Joy is an Act of Moral Resistance — Your Holiday Treasure Chest

Joy is an Act of Moral Resistance — Your Holiday Treasure Chest

The government shuts down upon threats of a wall. A child dies in the custody of U.S. officials at the border. The President orders sudden troop withdrawals that provoke global instability. All this took place in the last week alone.

Some may see the holidays as a time to retreat from the cascade of crises facing our nation and world.

We choose to see the holidays not as a time to try to escape but as an opportunity to ground ourselves in joy. Joy returns us to everything that is good and beautiful and worth fighting for. Joy gives us the energy to continue our labors to make a viable life and more just world. Joy comes when we draw our attention to the present moment — a child’s laughter, a neighbor’s cookies, a lit candle. In a time such as this, joy is an act of moral resistance.

We believe that it is always possible to find joy, even in the midst of grief and outrage, when we come together in community. Just a few days ago, our friend Rev. Katharine Henderson delivered the messages of love and support that many of you sent to the families of the Tree of Life Synagogue in the wake of the mass shooting by a white supremacist. We had collected these letters alongside our partners Auburn Seminary, the Sikh Coalition, and the Sikh community of Pittsburgh. They were delivered at an interfaith gathering in the form of a book that you can read here. Communities like these show us that it is possible to claim life and joy, even in the face of hate.

So this week, we send you a song, a sermon, and a piece of news that invite you to open your hearts to all the demands of love — grief, outrage, and joy. May these sources provide nourishment during this holiday. We will be here on the other side to continue the labor with you. #BreatheAndPush

– Amy, Melissa, Julianna, Elizabeth, and the Revolutionary Love Team


Watch our beloved sister and partner Ari Afsar perform “We Won’t Sleep” with her Hamilton co-star at TEDx. The song is an anthem of Revolutionary Love — a full-throated call to joy and resilience in the movement. You can also catch a glimpse of the song at the Chicago Women’s March here.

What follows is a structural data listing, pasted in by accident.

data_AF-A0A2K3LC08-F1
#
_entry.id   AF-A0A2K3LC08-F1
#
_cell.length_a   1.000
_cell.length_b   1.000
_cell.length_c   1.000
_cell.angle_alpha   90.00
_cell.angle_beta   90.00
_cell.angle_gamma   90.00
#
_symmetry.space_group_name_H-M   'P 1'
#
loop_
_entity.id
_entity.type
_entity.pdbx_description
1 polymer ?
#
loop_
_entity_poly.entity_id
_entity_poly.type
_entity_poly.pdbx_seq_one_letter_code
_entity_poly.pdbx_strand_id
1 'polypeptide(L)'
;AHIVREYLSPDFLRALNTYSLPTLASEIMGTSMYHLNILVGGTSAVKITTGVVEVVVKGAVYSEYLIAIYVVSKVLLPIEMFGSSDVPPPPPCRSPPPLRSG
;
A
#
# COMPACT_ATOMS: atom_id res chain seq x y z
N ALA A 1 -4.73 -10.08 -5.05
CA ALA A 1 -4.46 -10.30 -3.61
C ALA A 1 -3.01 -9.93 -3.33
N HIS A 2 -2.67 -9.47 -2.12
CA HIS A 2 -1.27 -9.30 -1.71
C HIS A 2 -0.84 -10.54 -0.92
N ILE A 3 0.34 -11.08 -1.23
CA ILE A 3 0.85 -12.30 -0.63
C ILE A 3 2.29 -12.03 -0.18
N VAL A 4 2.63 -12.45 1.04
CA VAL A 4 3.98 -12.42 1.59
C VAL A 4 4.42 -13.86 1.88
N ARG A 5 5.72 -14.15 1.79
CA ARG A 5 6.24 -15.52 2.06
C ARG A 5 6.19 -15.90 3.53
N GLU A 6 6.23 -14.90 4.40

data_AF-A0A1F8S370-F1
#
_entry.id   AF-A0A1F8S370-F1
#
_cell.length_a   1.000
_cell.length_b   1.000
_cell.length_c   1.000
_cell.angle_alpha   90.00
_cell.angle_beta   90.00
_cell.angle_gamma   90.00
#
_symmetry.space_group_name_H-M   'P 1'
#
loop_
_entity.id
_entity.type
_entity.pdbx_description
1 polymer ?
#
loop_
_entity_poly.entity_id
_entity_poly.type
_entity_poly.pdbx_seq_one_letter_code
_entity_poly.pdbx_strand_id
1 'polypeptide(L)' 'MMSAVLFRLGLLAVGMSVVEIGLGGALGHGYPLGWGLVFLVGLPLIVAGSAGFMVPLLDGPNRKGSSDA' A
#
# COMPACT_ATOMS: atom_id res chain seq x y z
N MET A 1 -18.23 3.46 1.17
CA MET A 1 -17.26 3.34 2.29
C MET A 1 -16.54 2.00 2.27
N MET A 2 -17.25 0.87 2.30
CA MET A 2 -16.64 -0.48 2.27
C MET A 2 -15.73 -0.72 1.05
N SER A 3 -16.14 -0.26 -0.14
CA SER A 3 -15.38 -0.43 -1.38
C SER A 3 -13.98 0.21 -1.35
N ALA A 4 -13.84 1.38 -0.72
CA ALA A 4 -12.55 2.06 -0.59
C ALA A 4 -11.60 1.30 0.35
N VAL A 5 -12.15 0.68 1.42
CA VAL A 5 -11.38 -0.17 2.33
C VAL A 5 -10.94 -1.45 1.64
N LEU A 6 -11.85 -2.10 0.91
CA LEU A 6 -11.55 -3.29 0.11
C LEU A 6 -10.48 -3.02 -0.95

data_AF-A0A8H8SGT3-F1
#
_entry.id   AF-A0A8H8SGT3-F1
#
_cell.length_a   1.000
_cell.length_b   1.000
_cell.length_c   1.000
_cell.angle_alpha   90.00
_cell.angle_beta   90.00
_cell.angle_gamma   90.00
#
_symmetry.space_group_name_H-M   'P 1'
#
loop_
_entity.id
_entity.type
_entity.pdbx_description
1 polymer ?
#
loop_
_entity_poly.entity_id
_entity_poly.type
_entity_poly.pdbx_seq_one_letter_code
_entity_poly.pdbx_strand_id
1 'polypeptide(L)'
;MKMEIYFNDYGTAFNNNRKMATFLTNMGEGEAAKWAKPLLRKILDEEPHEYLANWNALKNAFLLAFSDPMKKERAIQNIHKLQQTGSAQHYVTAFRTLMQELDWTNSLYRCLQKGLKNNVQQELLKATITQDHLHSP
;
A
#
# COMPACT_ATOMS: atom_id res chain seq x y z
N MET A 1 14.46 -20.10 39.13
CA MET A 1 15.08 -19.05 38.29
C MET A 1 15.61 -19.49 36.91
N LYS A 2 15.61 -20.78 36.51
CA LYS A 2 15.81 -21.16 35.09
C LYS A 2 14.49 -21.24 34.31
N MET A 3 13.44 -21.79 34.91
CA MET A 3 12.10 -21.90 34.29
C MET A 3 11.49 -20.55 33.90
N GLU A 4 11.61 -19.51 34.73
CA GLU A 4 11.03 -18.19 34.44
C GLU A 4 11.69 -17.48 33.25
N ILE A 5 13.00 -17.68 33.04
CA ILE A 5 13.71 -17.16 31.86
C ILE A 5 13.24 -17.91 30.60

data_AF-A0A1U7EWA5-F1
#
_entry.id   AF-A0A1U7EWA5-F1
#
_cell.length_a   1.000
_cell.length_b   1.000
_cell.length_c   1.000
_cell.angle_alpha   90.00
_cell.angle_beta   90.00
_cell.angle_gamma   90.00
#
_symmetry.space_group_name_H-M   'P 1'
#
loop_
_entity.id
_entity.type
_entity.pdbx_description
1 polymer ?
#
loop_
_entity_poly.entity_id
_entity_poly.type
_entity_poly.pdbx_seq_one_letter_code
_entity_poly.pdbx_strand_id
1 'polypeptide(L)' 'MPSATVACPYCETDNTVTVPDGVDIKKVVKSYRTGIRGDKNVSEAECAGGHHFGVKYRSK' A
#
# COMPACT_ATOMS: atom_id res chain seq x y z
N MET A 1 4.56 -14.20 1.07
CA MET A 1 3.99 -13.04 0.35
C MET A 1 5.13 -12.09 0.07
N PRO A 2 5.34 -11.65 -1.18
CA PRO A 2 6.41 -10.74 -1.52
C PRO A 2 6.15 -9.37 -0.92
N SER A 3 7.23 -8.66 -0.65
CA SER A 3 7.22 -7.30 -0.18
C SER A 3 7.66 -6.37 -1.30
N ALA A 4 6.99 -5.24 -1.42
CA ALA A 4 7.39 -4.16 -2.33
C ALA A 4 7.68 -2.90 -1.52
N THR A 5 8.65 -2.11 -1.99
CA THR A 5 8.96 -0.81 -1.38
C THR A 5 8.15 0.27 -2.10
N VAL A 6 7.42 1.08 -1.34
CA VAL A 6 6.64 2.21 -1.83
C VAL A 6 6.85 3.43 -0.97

“We won’t sleep. They’ll try to get us. We goin’ reach. We’ll reach out for love. We won’t sleep. Not till it’s over. Even with the blurry eyes, baby we won’t compromise.”


WATCH/READ/LISTEN to the most powerful sermon we have heard this year by our prophetic sister Rabbi Sharon Brous of IKAR Los Angeles:

“These are trying times, but we must not let exhaustion or cynicism dull our senses. Our history has taught us: either you work to dismantle oppressive systems, or your inaction becomes the mortar that sustains them. Together we must build America anew: fierce, fair, and full of promise, equipped to hold us in all our diversity, complexity and beauty.”


This article in The Nation shares fierce wisdom from our friend and sister Rev. Traci Blackmon who joined more than 300 faith and moral leaders at the border last week to mark the 70th anniversary of the United Nations’ adoption of the Universal Declaration of Human Rights. Rev. Blackmon tells Jesus’ story as a way to bear witness to cruelty at the border and declares “love knows no borders.”

“In an extraordinarily powerful speech near the end of the two-and-a-half-hour service, the Rev. Traci Blackmon, a St. Louis–based minister with the United Church of Christ and a steering-committee member on the Poor People’s Campaign, talked of how the “brown-skinned Jesus, seeking refuge in a foreign land,” would not have been admitted into Trump’s America. How ‘his family might have been greeted with tear gas or rubber bullets, or, worse yet, he might have been taken from his mother’s arms.’ Blackmon told the gathering that they were ‘compelled to show up and guide this country to our moral selves. When laws are co-opted for greed and political gain, and used as weapons of disenfranchisement, then people of faith and of moral character are compelled to resist in the interest of preserving our humanity.'”

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